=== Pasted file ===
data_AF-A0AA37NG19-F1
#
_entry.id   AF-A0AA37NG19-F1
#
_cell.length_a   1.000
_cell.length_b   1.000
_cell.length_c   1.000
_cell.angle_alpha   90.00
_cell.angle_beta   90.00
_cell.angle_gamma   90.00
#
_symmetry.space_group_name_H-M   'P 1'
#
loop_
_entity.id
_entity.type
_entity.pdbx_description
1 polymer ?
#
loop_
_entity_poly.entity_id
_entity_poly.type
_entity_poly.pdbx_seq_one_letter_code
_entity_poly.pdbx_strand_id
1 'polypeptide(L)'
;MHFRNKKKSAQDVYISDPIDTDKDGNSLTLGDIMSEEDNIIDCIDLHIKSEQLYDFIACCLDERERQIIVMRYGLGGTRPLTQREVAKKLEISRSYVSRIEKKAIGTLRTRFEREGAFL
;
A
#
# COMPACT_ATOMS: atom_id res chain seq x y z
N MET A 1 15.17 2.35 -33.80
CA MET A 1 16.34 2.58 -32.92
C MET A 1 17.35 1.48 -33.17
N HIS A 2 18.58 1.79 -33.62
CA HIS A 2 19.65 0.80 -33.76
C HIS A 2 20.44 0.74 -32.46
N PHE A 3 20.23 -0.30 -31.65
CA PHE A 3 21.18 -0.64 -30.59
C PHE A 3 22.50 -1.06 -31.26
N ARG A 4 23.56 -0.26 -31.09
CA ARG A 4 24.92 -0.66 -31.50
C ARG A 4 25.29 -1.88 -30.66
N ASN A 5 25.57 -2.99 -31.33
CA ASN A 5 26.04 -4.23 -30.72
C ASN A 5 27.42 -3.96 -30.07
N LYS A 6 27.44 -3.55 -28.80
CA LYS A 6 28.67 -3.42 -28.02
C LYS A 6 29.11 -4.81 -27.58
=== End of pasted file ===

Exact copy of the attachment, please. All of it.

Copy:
data_AF-A0AA37NG19-F1
#
_entry.id   AF-A0AA37NG19-F1
#
_cell.length_a   1.000
_cell.length_b   1.000
_cell.length_c   1.000
_cell.angle_alpha   90.00
_cell.angle_beta   90.00
_cell.angle_gamma   90.00
#
_symmetry.space_group_name_H-M   'P 1'
#
loop_
_entity.id
_entity.type
_entity.pdbx_description
1 polymer ?
#
loop_
_entity_poly.entity_id
_entity_poly.type
_entity_poly.pdbx_seq_one_letter_code
_entity_poly.pdbx_strand_id
1 'polypeptide(L)'
;MHFRNKKKSAQDVYISDPIDTDKDGNSLTLGDIMSEEDNIIDCIDLHIKSEQLYDFIACCLDERERQIIVMRYGLGGTRPLTQREVAKKLEISRSYVSRIEKKAIGTLRTRFEREGAFL
;
A
#
# COMPACT_ATOMS: atom_id res chain seq x y z
N MET A 1 15.17 2.35 -33.80
CA MET A 1 16.34 2.58 -32.92
C MET A 1 17.35 1.48 -33.17
N HIS A 2 18.58 1.79 -33.62
CA HIS A 2 19.65 0.80 -33.76
C HIS A 2 20.44 0.74 -32.46
N PHE A 3 20.23 -0.30 -31.65
CA PHE A 3 21.18 -0.64 -30.59
C PHE A 3 22.50 -1.06 -31.26
N ARG A 4 23.56 -0.26 -31.09
CA ARG A 4 24.92 -0.66 -31.50
C ARG A 4 25.29 -1.88 -30.66
N ASN A 5 25.57 -2.99 -31.33
CA ASN A 5 26.04 -4.23 -30.72
C ASN A 5 27.42 -3.96 -30.07
N LYS A 6 27.44 -3.55 -28.80
CA LYS A 6 28.67 -3.42 -28.02
C LYS A 6 29.11 -4.81 -27.58